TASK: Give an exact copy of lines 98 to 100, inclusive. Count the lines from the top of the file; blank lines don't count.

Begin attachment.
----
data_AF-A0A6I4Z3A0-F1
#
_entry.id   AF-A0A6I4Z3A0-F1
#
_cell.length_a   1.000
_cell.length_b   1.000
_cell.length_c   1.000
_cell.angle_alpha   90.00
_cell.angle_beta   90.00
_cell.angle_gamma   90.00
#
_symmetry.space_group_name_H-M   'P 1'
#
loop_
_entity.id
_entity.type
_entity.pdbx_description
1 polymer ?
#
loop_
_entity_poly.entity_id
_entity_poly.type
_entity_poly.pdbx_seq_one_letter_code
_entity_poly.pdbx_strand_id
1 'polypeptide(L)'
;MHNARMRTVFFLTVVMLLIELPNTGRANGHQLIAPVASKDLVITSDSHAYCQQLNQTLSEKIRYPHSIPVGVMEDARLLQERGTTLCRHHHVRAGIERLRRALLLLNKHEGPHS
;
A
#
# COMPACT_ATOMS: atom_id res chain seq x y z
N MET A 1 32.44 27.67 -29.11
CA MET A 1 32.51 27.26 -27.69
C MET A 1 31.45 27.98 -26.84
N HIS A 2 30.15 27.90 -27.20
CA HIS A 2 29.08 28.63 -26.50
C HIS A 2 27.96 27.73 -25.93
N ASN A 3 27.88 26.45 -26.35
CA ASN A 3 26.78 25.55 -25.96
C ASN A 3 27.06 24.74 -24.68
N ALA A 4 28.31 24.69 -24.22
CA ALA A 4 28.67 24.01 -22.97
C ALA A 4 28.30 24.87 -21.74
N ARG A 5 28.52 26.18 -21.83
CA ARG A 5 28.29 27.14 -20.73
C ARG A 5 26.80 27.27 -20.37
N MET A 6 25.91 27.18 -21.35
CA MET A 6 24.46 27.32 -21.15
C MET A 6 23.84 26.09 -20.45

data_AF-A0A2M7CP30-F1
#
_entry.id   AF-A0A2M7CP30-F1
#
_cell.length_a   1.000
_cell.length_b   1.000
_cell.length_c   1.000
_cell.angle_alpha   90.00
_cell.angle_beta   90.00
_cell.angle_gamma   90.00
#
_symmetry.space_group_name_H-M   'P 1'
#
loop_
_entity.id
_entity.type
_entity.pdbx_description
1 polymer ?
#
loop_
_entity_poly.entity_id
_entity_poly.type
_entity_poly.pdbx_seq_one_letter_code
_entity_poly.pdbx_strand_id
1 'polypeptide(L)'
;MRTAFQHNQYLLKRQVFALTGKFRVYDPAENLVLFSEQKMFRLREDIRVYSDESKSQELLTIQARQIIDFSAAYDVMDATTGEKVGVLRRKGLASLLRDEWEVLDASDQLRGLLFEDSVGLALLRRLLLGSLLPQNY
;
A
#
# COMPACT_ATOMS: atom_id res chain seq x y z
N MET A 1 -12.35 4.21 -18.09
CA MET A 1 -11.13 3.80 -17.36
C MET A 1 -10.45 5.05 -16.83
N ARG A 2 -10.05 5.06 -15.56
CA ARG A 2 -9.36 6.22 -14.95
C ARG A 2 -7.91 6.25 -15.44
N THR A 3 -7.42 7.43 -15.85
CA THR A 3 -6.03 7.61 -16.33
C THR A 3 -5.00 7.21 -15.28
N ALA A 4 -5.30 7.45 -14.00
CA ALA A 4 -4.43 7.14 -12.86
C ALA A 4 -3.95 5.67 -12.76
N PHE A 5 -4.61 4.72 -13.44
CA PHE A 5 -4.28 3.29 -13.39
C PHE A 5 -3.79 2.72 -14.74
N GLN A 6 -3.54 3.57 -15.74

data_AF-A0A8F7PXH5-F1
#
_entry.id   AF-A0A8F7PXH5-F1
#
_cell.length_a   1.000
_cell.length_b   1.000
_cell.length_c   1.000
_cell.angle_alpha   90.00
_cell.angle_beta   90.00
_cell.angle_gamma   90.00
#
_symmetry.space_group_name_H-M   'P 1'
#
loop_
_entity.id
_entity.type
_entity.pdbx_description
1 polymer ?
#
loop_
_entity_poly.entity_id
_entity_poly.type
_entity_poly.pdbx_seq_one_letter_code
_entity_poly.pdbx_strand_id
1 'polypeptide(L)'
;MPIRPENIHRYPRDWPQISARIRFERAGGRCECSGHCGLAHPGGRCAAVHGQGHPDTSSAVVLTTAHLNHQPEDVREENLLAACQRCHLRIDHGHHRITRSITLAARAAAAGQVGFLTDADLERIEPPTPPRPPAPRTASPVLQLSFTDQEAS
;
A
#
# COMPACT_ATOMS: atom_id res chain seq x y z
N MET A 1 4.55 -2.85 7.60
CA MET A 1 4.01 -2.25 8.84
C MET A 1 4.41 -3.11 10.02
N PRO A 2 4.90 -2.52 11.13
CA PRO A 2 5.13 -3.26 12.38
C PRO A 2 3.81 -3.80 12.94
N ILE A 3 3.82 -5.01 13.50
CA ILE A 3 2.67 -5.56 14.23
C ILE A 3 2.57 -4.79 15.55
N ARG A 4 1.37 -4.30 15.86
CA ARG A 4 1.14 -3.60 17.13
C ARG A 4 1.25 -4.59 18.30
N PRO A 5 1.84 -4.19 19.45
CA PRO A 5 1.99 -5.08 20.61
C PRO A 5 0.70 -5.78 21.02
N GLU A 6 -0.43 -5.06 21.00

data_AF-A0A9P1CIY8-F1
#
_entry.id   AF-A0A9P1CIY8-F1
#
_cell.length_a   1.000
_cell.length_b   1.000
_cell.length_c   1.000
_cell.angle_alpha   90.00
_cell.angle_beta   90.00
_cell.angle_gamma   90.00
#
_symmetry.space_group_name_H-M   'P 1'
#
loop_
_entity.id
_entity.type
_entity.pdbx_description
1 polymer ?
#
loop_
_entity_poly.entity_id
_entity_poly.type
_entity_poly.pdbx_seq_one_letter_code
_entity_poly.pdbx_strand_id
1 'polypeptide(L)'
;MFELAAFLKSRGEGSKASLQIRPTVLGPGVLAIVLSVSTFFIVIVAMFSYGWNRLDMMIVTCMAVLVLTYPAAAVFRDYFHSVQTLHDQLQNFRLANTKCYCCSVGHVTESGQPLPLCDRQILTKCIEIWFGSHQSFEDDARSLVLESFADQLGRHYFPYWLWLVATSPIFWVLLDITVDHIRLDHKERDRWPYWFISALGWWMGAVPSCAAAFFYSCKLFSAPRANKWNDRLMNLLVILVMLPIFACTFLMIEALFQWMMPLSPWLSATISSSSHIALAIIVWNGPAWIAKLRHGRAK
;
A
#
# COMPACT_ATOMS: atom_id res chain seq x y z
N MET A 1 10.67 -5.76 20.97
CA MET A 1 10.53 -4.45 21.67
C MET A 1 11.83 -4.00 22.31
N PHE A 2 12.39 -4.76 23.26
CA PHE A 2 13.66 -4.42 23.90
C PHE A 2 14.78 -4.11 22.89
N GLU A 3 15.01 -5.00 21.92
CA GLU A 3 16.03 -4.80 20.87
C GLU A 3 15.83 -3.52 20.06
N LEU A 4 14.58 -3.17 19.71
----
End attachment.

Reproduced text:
#
_cell.length_a   1.000
_cell.length_b   1.000